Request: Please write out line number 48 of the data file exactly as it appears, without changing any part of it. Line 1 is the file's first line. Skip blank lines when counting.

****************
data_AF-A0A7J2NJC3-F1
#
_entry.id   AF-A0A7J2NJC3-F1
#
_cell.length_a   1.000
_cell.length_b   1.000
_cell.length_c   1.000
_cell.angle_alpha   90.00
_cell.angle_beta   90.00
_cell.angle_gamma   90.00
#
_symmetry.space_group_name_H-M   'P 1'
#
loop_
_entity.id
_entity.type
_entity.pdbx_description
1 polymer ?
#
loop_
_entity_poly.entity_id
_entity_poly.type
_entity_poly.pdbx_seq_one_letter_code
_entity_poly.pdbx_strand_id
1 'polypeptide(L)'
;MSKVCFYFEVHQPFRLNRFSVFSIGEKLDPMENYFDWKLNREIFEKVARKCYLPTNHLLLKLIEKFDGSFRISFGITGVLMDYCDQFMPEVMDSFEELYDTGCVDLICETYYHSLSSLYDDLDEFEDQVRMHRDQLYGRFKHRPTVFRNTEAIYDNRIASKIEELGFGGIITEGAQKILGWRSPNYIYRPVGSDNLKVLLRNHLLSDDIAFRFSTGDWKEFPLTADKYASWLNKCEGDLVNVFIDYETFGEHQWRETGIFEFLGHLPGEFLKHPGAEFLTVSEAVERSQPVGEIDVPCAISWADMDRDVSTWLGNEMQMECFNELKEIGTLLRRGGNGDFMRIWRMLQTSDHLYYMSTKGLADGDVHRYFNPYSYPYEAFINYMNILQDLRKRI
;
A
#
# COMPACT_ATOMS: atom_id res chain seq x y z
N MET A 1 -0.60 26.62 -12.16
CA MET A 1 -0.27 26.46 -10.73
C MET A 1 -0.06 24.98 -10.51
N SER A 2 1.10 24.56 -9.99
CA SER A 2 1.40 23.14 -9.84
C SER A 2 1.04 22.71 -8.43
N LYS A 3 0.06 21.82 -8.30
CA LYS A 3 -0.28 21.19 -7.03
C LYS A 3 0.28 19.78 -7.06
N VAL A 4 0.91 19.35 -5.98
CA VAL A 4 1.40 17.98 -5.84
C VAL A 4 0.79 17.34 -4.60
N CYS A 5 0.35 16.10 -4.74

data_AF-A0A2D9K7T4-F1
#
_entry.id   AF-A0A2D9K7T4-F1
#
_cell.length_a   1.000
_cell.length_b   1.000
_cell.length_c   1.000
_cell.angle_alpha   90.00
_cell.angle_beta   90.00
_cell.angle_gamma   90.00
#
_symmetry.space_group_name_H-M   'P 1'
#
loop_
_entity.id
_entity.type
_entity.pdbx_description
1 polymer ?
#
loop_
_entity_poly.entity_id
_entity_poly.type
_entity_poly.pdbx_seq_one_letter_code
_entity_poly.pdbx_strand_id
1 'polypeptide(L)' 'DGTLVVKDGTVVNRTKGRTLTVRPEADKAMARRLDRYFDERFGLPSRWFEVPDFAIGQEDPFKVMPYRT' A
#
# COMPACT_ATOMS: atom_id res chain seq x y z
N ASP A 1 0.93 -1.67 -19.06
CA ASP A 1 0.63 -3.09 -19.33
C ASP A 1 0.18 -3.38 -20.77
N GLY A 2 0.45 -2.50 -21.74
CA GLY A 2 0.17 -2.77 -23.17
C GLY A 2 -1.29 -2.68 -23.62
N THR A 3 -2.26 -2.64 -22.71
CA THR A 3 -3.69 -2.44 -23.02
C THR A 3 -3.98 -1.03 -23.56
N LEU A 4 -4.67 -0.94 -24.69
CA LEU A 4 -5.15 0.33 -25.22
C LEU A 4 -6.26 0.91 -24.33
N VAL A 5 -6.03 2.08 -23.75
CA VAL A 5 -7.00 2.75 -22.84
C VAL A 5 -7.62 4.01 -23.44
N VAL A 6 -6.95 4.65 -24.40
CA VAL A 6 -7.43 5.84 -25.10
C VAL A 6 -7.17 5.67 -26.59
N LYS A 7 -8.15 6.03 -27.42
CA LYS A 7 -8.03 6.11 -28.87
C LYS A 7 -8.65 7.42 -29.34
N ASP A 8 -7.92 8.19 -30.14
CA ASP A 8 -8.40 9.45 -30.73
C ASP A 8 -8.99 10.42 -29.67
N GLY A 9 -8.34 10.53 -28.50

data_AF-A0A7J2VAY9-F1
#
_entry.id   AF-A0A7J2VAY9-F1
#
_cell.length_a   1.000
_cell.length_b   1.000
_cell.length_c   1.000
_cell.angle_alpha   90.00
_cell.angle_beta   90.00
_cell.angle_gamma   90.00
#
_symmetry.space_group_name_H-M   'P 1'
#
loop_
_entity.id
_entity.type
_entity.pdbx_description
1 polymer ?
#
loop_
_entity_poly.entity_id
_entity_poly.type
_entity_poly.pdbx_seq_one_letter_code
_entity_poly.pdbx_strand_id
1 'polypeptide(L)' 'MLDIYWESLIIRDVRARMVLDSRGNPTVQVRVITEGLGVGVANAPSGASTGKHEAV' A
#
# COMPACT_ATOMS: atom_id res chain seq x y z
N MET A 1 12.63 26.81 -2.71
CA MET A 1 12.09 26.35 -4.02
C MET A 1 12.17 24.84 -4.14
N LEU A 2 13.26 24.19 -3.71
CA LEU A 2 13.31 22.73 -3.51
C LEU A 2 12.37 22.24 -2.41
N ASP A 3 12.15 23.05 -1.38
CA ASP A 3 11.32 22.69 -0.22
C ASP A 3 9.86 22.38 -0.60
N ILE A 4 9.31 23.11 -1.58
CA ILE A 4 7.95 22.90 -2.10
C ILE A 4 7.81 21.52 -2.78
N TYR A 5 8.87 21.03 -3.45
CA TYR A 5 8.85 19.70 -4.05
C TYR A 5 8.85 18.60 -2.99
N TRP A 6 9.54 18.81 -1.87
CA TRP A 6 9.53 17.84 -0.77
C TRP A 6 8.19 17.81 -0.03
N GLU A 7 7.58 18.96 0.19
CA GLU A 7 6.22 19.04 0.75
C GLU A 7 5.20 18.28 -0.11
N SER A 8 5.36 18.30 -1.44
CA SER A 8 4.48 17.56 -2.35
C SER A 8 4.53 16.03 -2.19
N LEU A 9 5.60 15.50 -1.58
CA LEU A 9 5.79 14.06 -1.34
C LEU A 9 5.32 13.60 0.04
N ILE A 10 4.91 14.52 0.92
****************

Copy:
_cell.length_a   1.000